The Nature of Bulgaria

The various landscapes of Bulgaria from the deep Black Sea to the highest mountain tops are home to one of Europe’s richest nature and wildlife habitats. Many national parks and nature reserves provide shelter for endangered species and a chance to meet them.


Bulgaria’s complex climate is favourable to tourism with continental and Mediterranean influences. The winter consists of ample snowfalls with the mountains covered in snow making it ideal for winter sports such as skiing and snowboarding. The summer months are mostly hot and dry and usually exceed 30+ Celsius. Most people then head to the Black sea coast but the real freshness lies under the deep forest shades in the mountains where temperatures never reach extremities even in the hottest days.


Bulgaria’s natural landscape consists of mountains, deep river valleys and plateaus. The Balkan mountain range which is also known as Stara Planina meaning “Old Mountain” geographically stretches from the eastern part of Serbia to the west coast of Bulgaria on the black sea. The mountain can be divided into three regions; the eastern, central and western with the Danube River flowing in the north and the Aegean Sea in the south. There are several natural waterfalls which can mostly be seen in the central and western parts as well as the widest river which crosses the Balkan Mountains known as Iskar; there has formed the magnificent Iskar gorge.

The Rhodope Mountains located in the south are the largest, attracting many tourists during the spring and summer months. The Rhodopes are particularly notable for their rich cultural heritage, caves, deep river gorges, picturesque villages and an abundance of birds of prey which reside in the many nature reserves established in the region. The Rhodopes are also home to natural mineral springs with the most famous being in Velingrad and Devin.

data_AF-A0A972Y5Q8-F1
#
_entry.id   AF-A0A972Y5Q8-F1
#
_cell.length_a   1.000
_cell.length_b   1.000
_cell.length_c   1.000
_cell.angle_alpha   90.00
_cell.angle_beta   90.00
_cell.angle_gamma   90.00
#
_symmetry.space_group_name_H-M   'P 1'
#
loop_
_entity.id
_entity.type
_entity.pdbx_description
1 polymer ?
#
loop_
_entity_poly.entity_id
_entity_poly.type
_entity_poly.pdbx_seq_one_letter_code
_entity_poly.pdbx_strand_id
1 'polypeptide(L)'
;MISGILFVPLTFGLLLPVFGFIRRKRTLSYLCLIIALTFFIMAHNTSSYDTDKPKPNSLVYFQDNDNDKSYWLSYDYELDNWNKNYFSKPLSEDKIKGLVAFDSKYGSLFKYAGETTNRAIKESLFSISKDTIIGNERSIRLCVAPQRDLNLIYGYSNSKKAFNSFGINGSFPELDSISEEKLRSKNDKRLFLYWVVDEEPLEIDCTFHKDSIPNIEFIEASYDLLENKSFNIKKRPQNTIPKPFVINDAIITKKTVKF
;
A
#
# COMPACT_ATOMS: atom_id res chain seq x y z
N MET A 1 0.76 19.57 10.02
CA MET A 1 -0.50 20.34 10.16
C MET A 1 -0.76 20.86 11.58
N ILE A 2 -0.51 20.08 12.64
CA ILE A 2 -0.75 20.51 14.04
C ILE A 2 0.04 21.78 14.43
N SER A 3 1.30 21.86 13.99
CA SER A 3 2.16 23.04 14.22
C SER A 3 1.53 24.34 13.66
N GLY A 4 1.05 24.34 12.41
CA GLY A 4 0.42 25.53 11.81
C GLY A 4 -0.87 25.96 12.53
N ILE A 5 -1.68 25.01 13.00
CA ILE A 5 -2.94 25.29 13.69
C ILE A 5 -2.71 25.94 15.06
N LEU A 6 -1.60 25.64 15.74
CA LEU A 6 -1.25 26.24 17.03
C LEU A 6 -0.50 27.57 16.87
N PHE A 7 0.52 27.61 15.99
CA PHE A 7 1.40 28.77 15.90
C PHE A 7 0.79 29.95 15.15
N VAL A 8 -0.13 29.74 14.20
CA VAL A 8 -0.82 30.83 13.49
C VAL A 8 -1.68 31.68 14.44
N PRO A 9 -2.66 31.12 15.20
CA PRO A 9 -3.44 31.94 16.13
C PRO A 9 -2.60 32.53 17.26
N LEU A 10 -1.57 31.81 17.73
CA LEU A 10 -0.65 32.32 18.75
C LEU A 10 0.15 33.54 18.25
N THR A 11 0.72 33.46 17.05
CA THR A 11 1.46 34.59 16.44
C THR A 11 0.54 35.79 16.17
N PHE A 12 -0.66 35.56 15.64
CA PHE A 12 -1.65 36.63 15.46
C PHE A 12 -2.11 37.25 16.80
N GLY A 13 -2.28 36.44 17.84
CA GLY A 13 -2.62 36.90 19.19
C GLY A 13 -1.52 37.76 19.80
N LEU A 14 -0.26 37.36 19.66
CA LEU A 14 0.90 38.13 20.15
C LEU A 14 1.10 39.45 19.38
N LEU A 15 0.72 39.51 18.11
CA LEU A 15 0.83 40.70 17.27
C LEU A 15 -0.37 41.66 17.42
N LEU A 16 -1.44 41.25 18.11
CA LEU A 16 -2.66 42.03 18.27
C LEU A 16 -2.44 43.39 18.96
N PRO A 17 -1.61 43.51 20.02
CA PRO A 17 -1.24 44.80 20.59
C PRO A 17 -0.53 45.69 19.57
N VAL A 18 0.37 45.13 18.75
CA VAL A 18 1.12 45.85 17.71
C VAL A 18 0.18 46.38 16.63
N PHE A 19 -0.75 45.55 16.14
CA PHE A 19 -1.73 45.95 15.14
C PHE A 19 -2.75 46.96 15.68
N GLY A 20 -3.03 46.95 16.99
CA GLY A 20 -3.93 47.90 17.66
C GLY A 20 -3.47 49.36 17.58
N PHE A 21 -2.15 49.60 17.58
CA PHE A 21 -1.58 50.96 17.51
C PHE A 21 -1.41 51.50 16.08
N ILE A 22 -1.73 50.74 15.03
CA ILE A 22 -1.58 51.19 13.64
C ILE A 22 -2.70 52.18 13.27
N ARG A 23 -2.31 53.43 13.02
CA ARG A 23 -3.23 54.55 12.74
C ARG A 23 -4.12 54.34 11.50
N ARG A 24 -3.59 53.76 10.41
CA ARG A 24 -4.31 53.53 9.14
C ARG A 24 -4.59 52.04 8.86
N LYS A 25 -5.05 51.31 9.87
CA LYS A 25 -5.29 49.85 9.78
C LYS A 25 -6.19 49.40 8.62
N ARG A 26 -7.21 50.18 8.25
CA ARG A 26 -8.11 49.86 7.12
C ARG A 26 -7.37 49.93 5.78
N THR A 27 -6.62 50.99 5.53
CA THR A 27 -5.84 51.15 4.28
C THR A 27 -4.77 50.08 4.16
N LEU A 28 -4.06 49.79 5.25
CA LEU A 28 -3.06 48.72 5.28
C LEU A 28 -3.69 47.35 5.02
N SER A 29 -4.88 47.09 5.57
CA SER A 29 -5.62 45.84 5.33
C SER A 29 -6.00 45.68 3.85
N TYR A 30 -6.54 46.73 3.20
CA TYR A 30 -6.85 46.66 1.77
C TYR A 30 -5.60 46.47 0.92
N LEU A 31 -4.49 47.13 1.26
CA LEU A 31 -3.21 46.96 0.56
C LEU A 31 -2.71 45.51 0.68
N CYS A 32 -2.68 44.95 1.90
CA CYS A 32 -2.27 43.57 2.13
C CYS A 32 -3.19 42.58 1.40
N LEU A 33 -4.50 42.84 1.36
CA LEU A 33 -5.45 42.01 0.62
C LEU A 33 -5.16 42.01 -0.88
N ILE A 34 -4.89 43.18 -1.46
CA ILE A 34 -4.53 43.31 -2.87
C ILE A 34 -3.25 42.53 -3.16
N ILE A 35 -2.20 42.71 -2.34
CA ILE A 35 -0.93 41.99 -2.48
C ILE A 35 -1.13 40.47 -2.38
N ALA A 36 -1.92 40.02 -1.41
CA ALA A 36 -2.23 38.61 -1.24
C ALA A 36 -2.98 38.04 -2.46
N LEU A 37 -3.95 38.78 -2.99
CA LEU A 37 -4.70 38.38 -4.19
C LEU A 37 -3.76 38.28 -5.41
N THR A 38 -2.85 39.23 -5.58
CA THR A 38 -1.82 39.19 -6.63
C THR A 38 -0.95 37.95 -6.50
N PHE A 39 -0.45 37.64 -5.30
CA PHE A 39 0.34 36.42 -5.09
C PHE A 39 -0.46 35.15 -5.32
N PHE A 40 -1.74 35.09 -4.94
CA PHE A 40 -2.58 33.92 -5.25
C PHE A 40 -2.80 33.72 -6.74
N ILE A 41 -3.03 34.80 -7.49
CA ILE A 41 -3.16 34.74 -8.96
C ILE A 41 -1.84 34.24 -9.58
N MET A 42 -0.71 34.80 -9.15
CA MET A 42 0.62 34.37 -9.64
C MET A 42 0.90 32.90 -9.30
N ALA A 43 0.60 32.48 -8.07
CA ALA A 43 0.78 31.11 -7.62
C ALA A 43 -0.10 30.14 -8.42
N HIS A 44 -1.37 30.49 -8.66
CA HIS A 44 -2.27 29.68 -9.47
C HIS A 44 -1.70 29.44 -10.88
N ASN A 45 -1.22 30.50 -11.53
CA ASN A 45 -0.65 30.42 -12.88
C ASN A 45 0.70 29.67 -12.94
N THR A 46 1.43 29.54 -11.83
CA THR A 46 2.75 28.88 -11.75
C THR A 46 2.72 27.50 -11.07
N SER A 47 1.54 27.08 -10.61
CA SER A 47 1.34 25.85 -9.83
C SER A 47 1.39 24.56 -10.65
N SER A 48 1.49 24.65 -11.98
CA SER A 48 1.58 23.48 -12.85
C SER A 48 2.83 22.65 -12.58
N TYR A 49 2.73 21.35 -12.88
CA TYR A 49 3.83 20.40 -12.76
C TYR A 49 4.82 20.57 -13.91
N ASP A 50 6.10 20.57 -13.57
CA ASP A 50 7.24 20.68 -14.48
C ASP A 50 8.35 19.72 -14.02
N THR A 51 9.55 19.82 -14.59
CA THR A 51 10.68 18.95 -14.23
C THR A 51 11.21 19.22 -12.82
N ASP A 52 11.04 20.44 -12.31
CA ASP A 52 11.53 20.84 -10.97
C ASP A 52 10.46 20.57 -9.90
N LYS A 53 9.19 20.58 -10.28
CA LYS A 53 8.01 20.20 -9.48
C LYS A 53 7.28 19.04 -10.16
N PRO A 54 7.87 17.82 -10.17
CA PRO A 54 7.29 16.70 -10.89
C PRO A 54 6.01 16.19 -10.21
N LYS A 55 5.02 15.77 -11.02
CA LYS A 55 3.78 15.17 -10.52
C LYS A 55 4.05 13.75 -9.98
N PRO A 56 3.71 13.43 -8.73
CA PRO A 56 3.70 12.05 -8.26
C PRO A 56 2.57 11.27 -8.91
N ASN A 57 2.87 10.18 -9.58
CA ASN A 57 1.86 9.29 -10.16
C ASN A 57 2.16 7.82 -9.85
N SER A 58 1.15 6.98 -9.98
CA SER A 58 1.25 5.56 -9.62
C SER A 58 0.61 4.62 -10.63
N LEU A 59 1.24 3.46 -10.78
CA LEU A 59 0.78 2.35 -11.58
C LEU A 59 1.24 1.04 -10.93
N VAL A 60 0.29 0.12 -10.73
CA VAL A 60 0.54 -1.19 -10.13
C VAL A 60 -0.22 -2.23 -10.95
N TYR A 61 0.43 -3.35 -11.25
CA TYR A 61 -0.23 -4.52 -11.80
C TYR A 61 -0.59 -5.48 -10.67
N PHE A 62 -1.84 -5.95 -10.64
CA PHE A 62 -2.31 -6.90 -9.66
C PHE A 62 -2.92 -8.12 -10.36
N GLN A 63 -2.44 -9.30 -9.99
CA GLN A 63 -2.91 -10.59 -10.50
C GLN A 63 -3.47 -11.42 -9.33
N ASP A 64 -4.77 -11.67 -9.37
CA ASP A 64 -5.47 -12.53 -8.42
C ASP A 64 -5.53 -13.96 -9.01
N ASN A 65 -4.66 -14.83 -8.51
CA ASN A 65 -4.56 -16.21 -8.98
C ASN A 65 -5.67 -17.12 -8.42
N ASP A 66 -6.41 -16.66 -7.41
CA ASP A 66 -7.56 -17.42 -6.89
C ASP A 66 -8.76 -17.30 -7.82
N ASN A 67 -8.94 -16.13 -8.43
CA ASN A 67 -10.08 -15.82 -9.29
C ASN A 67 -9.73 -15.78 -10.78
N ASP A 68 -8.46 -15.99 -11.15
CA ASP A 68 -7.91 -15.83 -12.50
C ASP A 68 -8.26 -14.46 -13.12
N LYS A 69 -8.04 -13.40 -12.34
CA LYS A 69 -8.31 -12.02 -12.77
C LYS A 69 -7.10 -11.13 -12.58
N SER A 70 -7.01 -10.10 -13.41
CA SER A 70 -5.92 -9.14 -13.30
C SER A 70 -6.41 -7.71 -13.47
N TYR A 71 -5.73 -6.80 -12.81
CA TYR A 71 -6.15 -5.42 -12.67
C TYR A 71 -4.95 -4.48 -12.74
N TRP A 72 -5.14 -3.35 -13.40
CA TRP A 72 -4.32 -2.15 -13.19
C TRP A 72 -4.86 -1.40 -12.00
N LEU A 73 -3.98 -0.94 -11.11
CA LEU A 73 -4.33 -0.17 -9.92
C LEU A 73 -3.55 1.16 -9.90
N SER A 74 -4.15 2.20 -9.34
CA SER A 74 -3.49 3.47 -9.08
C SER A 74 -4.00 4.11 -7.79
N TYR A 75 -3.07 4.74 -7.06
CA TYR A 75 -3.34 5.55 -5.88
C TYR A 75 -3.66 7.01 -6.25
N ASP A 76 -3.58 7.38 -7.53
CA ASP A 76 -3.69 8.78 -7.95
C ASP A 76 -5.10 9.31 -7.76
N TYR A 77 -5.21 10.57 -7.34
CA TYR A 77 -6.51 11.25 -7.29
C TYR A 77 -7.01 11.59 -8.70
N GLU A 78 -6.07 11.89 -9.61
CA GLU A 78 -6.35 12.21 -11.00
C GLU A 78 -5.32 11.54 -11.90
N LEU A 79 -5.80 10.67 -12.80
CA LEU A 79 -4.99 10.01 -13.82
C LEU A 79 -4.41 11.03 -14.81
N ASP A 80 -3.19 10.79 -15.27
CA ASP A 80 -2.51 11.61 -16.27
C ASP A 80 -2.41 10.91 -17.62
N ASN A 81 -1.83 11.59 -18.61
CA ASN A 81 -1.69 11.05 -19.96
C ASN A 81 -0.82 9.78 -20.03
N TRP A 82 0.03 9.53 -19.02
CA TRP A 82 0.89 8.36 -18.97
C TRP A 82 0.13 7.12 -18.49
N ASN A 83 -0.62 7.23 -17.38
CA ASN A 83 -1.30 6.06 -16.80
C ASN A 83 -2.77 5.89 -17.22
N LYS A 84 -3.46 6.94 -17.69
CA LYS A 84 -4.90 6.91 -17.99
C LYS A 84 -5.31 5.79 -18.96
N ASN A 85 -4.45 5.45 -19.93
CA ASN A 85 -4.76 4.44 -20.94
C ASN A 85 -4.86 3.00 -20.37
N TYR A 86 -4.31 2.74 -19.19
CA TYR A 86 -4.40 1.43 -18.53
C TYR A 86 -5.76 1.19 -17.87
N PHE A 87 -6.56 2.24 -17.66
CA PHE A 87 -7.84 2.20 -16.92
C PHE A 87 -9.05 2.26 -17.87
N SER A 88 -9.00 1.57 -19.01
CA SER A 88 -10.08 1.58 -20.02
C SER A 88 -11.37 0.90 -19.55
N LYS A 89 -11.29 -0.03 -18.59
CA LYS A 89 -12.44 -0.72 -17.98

Sofia Climate Chart. Source:

Sofia Climate Chart. Source:

The highest mountain peak is Musala at 2925m high located in the south-western part of Bulgaria in the Rila Mountain. The name Rila is thought to be of Thracian origin meaning “well watered mountain” due to its many natural springs and glacier lakes. However it is most famous for the Rila monastery which is the largest in the country founded in the 10th century making it an important cultural landmark.

After Rila, the Pirin mountain range is the second highest with its highest peak known as Vihren being 2915m. The northern part of the mountain is the most visited part which accounts for 74% of the whole mountain. Pirin is known for its Alpine appearance and 176 mountain lakes which are so crystal clear they were named the eyes of the mountain in traditional Bulgarian folklore, making them extremely popular among tourists.

Sofia, the capital of Bulgaria lies on a mountain plateau surrounded by five mountains the highest of which is Vitosha – a long ago extinct volcano. With its height above 2000 m and the close proximity to Sofia it is a preferred destination for tourism all year around.

Flora and Fauna

The wildlife is abundant in Bulgaria with 2 UNESCO natural heritage sites and many established nature reserves providing a home to wolves, bears, birds of prey and reptiles. Bulgaria has remarkable bio-diversity with unspoiled vegetation with some plants found nowhere else in the world, such as the Bulgarian Blackberry, Rila Primrose and the Rhodopean Tulip. Lush forests are full with fruit such as blueberries, strawberries, mushrooms and herbs making it a unique rich composition of flora and fauna. The number of protected plants is 63 and the animal species – 419. The air and water resources of the country are some of the purest in Europe.